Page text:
BY MARTY KLINKENBERG, EDMONTON JOURNAL MARCH 17, 2014
EDMONTON – Her dad committed suicide when she was 18, and Georgina Lightning was so troubled by it that she, too, tried once to kill herself. She couldn’t reconcile it with herself until many years later when a relative revealed a family secret: her father had been preyed upon while attending residential schools.
“It was a hidden truth that nobody ever spoke of,” Lightning, 50, a filmmaker who was raised in Edmonton, said Monday night before a screening of her movie Older Than America at the Art Gallery of Alberta.
The viewing was held before a panel discussion that involved members of the Truth and Reconciliation Commission that will convene for three days beginning March 27 at the Shaw Conference Centre.
“It wasn’t until learning about it that my journey to healing began,” Lightning said. “It evoked compassion, and then I could let go.”
Lightning wrote, directed and starred in the film, which exposes the abuses and culture-killing effects of native boarding schools. The movie is like a punch in the gut, and there were mental health support workers on hand to counsel audience members after the screening Monday before a packed house.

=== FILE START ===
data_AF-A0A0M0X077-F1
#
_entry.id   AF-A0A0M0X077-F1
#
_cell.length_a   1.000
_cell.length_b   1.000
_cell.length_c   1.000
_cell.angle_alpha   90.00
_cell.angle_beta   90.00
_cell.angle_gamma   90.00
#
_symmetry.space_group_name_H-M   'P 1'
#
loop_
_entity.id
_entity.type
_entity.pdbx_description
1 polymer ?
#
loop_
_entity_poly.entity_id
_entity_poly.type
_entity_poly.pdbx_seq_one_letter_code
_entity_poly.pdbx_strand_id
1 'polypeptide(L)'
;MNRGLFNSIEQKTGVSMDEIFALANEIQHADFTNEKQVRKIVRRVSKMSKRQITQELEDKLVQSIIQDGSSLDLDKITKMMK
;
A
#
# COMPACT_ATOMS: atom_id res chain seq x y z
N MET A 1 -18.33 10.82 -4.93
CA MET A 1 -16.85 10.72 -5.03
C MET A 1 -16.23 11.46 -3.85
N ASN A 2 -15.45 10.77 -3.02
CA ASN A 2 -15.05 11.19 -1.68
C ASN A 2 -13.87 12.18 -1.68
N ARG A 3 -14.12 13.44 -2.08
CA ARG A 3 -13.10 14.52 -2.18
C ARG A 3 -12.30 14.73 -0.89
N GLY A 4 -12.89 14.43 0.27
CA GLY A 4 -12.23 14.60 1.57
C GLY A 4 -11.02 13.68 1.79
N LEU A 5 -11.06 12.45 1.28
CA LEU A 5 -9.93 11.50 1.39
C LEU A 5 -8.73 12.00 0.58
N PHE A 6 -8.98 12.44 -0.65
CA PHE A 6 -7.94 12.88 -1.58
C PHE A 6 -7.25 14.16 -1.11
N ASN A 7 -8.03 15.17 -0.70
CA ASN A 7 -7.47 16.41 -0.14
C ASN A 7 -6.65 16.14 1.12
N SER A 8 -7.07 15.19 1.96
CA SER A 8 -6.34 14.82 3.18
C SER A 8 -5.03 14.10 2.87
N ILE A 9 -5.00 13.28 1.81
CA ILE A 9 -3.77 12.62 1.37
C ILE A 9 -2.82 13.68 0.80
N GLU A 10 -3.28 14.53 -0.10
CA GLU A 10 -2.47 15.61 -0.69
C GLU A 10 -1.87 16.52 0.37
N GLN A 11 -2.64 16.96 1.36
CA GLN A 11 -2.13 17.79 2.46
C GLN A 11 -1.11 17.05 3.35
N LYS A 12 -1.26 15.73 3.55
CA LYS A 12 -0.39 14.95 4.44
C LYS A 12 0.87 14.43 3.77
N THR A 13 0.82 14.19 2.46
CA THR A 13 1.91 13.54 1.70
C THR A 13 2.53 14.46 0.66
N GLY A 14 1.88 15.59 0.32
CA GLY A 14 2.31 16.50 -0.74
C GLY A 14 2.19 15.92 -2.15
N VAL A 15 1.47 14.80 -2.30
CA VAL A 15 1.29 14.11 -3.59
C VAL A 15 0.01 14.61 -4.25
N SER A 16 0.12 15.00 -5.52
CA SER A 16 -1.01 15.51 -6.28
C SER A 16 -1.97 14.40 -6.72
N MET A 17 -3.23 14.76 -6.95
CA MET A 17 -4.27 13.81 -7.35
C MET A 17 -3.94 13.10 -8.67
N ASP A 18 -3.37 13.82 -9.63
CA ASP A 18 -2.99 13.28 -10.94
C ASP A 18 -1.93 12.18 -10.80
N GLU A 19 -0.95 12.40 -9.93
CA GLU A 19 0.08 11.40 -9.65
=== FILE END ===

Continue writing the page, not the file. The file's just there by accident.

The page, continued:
“My mission in making the movie was to prompt discussions about the truth that happened, and to soften the harsh judgment that exists as a result of social issues like broken families and addiction that are related to it,” Lightning said.
“In my own personal journey, it was a huge help to me the more I learned.”
A member of the Samson Cree First Nation, Lightning moved to Los Angeles in 1990 to study filmmaking with Robert Redford at the American Academy of Dramatic Arts. She returned to Edmonton in 2012, two years after making the film and winning an emerging artist award at the White House Projects’ annual EPIC Awards.
She was honoured to have it shown in advance of the Truth and Reconciliation Commission.
“The purpose of this evening is to inform people and to solicit support for the event,” Lightning said. “It is my hope that employers let staff off to attend. It is about reconciling and healing, about talking to their spirit as opposed to their mind.”
In 2008, Prime Minister Stephen Harper apologized to aboriginals for the abuses that occurred at the residential schools, which were in operation in Canada from the late 1800s until 1996.